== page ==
Something new is happening at Harvard Business School. As graduation nears for the first class to complete their Master of Business Administration since the onset of the global financial crisis, students are circulating an oath that commits them to pursue their work “in an ethical manner”; “to strive to create sustainable economic, social, and environmental prosperity worldwide”; and to manage their enterprises “in good faith, guarding against decisions and behavior that advance my own narrow ambitions but harm the enterprise and the societies it serves.”
The wording of the new MBA oath draws on one adopted in 2006 by the Thunderbird School of Global Management, based in Arizona. Nevertheless, the fact that it has been taken up by the world’s most famous business school is significant.
As of this writing, about 20% of the Harvard graduating class have taken the oath. That will, of course, prompt cynics to ask: “What about the other 80%?” But those who have taken the oath are part of a larger turn toward ethics that has followed the recent flood of revelations of dishonesty and greed in the financial sector. Interest in business ethics courses has surged, and student activities at leading business schools are more focused than ever before on making business serve long-term social values.
Business ethics has always had problems that are distinct from those of other professions, such as medicine, law, engineering, dentistry, or nursing. A member of my family recently had an eye problem, and was referred by her general practitioner to an eye surgeon. The surgeon examined the eye, said that it didn’t need surgery, and sent her back to the general practitioner.
That is no more than one would expect from a doctor who is true to the ethics of the profession, my medical friends tell me. By contrast, it’s hard to imagine going to a car dealer and being advised that you don’t really need a new car.
For physicians, the idea of swearing an oath to act ethically goes back to Hippocrates. Every profession will have its rogues, of course, no matter what oaths are sworn, but many health care professionals have a real commitment to serving the best interests of their clients.
Do business managers have a commitment to anything more than the success of their company and to making money? It would be hard to say that they do. Indeed, many business leaders deny that there is any conflict between self-interest and the interests of all. Adam Smith’s “invisible hand,” they believe, ensures that the pursuit of our own interests in the free market will further the interests of all.
In that tradition, the economist Milton Friedman wrote, in his 1962 book Capitalism and Freedom : “there is one and only one social responsibility of business – to use its resources and engage in activities designed to increase its profits so long as it stays within the rules of the game, which is to say, engages in open and free competition without deception or fraud.” For the true believers in this creed, the suggestion that the manager of a business should strive for anything except maximizing value for shareholders is heresy.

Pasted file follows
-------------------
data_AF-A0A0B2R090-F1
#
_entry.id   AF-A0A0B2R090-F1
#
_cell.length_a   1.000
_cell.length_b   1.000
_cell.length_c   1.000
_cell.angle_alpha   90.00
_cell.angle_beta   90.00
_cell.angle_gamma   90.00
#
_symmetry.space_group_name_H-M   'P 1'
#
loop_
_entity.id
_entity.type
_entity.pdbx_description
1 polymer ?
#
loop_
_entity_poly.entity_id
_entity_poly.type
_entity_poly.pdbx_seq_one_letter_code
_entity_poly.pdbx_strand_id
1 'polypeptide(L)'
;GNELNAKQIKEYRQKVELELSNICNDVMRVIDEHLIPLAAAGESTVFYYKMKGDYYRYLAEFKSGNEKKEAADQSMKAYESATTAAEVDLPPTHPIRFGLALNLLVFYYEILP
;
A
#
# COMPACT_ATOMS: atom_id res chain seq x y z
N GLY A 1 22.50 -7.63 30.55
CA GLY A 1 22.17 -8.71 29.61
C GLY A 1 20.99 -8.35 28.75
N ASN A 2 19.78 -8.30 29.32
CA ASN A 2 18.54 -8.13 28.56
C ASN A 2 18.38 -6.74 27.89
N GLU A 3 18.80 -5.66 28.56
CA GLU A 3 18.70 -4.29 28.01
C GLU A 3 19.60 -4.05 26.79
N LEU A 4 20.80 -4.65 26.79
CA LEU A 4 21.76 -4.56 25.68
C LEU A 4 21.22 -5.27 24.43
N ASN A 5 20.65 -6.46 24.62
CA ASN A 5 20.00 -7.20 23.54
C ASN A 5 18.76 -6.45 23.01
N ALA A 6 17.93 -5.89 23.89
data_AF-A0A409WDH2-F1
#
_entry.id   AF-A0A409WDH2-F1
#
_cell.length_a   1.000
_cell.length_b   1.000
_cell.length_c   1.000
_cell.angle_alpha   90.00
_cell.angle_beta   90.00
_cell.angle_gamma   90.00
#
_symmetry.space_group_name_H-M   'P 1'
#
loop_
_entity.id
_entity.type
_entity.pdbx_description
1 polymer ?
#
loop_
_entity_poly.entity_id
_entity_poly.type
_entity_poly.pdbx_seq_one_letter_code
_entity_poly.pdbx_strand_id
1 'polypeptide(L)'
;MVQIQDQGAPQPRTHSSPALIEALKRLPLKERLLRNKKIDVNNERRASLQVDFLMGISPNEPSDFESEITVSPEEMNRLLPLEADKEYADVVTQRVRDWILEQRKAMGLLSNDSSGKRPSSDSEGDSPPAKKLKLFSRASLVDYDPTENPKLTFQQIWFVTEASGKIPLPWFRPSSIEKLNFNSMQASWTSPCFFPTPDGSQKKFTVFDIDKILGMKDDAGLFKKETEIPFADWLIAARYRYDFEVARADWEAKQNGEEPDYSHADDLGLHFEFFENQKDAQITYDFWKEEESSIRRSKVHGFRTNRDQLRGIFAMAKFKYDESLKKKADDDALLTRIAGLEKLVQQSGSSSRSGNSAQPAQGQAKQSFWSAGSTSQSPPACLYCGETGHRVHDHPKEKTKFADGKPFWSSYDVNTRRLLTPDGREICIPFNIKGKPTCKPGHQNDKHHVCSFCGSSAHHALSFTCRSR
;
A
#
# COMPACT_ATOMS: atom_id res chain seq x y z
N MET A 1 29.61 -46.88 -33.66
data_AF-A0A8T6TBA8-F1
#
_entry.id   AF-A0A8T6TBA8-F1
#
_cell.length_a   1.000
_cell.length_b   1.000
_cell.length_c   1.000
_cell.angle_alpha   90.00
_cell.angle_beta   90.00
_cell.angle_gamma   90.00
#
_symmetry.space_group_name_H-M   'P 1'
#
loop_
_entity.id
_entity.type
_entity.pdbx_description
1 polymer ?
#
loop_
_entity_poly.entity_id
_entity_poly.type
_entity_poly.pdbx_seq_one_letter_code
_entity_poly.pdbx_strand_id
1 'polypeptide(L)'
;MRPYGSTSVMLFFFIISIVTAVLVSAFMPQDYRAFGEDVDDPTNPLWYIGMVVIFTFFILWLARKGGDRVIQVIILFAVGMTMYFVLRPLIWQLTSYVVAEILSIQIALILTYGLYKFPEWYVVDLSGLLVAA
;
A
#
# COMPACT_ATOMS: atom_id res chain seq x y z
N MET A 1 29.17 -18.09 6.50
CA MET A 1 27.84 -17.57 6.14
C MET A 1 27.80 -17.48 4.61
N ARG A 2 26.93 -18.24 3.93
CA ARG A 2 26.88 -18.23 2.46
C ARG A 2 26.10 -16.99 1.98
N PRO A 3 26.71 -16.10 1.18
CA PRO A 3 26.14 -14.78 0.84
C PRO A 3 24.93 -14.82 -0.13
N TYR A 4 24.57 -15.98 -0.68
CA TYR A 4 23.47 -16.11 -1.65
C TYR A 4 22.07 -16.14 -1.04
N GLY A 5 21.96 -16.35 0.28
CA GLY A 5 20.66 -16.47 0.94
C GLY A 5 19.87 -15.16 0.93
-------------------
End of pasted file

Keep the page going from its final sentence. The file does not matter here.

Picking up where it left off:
But, while the global financial crisis did reveal fraud on a massive scale, the underlying cause of the crisis was not fraud but the failure of the market to knit together the self-interest of those who sold and resold sub-prime mortgages with the interests of the investors in financial institutions that bought them. The fact that an even larger catastrophe would have resulted had governments not been willing to draw on taxpayer funds to bail out the banks was an additional blow to those who have told us to trust the unregulated market.
The MBA oath is an attempt to replace the Friedmanite view of the social responsibility of business with something quite different: a management profession that commits itself to promoting the long-term, sustainable welfare of all. The sense of a professional ethic is conveyed by clauses in the oath that require managers to “develop both myself and other managers under my supervision so that the profession continues to grow and contribute to the well-being of society.”
Another clause stresses accountability to one’s peers, a hallmark of professional self-regulation. As for the ultimate objectives of the managerial profession, they are, as we have seen, nothing less than “to create sustainable economic, social, and environmental prosperity worldwide.”
Can such a code really take hold in the competitive world of business? Perhaps the best hope for its success can be glimpsed in a comment made to a New York Times reporter by Max Anderson, one of the pledge’s student organizers: “There is the feeling that we want our lives to mean something more and to run organizations for the greater good,” he said. If enough business people would conceive their interests in those terms, we might see the emergence of an ethically-based profession of business managers.
Peter Singer is professor of bioethics at Princeton University and Laureate Professor at the University of Melbourne.